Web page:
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Using a Current Amplifier for Optical Power Measurements and Recording with a Photodiode

Posted on 2006-10-16 as a part of the Photonics Spotlight (available as e-mail newsletter!)

Permanent link: https://www.rp-photonics.com/spotlight_2006_10_16.html

Author: , RP Photonics Consulting GmbH

Abstract: This article discusses the manifold advantages of using a current amplifier (possibly a commercial device) instead of a simple electric circuit for optical power measurements with photodiodes. The gained flexibility and efficiency are very much worth the cost of a good current amplifier.

Dr. Rüdiger Paschotta

Ref.: encyclopedia article on photodiodes

Honestly, it looked to me like a complete overkill when many years ago a colleague of mine suggested to buy a commercial current amplifier (also called transimpedance amplifier) for various kinds of measurements with a photodiode in our laboratory. After all, couldn't I just use a very simple home-made circuit, consisting of nothing more than a small battery and a resistor? In this way I could apply some reverse voltage to the photodiode and convert the photocurrent into a voltage, which I could then easily measure with a multimeter or monitor with an oscilloscope. The cost for that would be a tiny fraction of that of a commercial current amplifier.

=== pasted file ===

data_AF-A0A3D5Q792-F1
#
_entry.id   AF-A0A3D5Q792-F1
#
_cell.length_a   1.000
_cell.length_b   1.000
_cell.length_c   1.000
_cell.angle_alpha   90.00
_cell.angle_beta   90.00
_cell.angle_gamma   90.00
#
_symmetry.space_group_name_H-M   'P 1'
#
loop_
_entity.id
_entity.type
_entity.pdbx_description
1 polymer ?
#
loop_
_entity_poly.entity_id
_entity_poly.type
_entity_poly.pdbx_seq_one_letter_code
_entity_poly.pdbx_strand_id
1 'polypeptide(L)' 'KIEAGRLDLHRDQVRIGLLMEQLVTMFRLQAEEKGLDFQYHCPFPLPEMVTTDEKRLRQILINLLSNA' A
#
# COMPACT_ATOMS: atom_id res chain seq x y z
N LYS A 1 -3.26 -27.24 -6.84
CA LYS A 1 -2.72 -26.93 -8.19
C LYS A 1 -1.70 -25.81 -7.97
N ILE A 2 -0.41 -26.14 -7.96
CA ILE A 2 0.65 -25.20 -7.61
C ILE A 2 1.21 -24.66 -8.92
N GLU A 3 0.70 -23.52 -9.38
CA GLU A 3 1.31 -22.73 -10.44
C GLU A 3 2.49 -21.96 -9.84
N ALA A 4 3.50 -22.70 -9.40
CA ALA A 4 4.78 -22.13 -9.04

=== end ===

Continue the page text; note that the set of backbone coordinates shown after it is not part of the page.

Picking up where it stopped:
Well, in principle this works, but I soon learned to appreciate the advantages of the current amplifier:

Having used this kind of equipment, never again would you bother to save some money by using a simple resistor/battery circuit instead of a current amplifier, when you need flexibility in the laboratory! You may, however, consider to build such a device yourself, or let your electronics support build one. If you don't require top performance, but need several of those devices in your lab, this can be a reasonable solution.

For high-speed applications or in cases where you need ultimate sensitivity, a universal current amplifier may no longer be suitable. Here, you have to get the amplifier as close as possible to your photodiode – ideally, built into the photodiode housing. For such purposes, there are reasonably prized current amplifier modules, if you don't want to get into the electronics details.

This article is a posting of the Photonics Spotlight, authored by Dr. Rüdiger Paschotta. You may link to this page and cite it, because its location is permanent. See also the RP Photonics Encyclopedia.

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